phytochrome

[fahy-tuh-krohm]
noun Botany.
a plant pigment that is associated with the absorption of light in the photoperiodic response and that may regulate various types of growth and development.

Origin:
1890–95; phyto- + -chrome

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World English Dictionary
phytochrome (ˈfaɪtəʊˌkrəʊm)
 
n
botany a blue-green pigment existing in two interchangeable forms, present in most plants, that mediates many light-dependent processes, including photoperiodism and the greening of leaves

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American Heritage
Science Dictionary
phytochrome   (fī'tə-krōm')  Pronunciation Key 
Any of a group of cytoplasmic pigments found in green plants and some green algae that absorb red light and regulate dormancy, seed germination, and flowering. Phytochromes consist of a bile pigment attached to a protein, and occur in an active and inactive form, each of which can be converted into the other depending on the wavelength of red light that is absorbed.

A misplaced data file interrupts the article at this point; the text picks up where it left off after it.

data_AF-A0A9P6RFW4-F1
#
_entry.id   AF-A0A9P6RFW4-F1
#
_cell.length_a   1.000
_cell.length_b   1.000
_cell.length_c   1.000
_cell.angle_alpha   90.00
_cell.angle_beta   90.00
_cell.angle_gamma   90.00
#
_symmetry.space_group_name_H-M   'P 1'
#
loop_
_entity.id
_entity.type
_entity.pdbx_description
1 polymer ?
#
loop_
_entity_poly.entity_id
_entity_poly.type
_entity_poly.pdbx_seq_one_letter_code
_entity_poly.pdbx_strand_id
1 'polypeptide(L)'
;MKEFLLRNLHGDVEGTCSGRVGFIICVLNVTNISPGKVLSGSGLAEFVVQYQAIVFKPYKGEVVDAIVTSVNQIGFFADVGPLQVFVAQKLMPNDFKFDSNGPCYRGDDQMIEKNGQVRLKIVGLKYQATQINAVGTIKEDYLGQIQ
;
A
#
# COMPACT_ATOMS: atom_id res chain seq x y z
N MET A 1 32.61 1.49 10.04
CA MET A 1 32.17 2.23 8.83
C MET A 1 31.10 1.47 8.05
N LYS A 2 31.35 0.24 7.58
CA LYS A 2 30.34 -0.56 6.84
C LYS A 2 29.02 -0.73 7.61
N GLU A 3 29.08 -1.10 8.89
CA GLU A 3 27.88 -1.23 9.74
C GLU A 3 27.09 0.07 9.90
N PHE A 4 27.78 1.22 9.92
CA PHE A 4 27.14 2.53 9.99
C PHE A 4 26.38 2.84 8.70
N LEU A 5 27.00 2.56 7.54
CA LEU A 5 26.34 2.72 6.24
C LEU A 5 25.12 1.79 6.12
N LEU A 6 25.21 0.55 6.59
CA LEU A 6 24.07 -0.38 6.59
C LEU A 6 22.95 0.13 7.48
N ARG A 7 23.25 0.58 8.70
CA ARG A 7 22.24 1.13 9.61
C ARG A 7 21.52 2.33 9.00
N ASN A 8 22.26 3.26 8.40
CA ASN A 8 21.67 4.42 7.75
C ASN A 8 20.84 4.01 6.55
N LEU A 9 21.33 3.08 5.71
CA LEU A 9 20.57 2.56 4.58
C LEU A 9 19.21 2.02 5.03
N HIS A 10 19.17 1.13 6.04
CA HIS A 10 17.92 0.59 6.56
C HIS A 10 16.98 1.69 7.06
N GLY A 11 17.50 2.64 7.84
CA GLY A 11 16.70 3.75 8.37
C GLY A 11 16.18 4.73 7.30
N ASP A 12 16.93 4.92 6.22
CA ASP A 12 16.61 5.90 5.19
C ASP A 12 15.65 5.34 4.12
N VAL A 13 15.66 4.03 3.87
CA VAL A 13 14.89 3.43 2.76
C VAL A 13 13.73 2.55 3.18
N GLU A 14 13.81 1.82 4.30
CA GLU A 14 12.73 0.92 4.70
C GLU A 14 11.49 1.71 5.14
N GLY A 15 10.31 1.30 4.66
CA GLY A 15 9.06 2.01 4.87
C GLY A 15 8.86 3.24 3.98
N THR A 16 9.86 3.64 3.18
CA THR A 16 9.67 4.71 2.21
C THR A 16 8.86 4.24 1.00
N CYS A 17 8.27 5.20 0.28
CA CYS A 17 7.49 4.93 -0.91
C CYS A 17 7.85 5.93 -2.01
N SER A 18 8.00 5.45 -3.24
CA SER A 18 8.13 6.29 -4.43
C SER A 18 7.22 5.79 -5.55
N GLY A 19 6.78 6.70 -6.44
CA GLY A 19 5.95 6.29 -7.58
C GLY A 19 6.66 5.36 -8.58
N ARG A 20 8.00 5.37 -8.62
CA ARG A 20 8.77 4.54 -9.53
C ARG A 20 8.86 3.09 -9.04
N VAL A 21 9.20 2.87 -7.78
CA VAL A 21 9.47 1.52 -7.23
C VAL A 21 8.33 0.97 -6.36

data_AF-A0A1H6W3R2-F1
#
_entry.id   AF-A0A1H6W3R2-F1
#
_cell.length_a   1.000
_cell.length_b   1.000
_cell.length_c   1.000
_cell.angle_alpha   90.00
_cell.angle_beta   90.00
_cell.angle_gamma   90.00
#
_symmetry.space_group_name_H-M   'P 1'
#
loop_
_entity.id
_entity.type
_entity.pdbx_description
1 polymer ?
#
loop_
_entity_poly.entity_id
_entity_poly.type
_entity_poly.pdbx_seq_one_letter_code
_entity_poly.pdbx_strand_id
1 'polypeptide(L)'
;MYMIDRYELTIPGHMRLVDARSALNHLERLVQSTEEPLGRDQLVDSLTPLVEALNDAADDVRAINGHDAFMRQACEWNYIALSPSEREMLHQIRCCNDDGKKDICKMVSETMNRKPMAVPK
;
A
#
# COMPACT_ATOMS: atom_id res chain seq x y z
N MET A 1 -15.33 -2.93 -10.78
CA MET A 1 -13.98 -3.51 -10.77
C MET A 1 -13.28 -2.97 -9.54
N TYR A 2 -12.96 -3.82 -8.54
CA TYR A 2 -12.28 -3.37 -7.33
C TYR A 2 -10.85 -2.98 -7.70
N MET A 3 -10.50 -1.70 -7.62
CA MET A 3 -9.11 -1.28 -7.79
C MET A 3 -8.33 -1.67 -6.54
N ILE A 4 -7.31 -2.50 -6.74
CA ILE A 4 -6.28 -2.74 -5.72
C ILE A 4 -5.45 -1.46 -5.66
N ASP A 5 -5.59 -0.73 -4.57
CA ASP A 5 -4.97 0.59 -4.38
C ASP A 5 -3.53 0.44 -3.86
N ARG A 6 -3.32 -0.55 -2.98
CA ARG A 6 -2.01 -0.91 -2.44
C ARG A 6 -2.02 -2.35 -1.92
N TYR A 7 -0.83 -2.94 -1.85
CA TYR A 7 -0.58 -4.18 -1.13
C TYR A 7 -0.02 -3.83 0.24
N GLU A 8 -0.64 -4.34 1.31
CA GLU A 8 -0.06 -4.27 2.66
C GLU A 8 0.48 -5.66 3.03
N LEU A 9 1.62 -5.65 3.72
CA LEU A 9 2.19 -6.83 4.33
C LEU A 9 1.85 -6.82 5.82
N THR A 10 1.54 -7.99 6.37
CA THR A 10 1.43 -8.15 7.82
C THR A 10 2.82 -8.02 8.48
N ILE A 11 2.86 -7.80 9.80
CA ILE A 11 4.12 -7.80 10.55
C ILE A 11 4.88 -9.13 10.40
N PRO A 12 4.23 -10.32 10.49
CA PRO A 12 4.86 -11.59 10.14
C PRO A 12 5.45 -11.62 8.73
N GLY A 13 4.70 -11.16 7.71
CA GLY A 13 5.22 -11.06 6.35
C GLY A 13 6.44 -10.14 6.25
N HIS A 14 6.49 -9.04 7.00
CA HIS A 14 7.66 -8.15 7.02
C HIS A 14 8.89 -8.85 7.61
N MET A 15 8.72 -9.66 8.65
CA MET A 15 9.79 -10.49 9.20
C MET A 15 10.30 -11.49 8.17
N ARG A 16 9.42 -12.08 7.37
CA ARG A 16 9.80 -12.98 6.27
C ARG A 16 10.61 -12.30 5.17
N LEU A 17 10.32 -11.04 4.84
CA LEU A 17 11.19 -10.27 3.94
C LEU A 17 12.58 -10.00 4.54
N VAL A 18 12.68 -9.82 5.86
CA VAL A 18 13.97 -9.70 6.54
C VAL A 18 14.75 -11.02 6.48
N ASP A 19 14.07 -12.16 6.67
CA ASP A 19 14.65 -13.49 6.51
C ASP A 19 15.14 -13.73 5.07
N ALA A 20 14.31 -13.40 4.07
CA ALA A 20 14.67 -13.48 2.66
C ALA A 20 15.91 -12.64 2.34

The American Heritage® Science Dictionary
Copyright © 2002. Published by Houghton Mifflin. All rights reserved.
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Example sentences for phytochrome
Phytochrome is a photoreceptor, a pigment that plants use to detect light.
Biochemically, phytochrome is a protein with a bilin chromophore.
A pigment of the imagination a history of phytochrome research.
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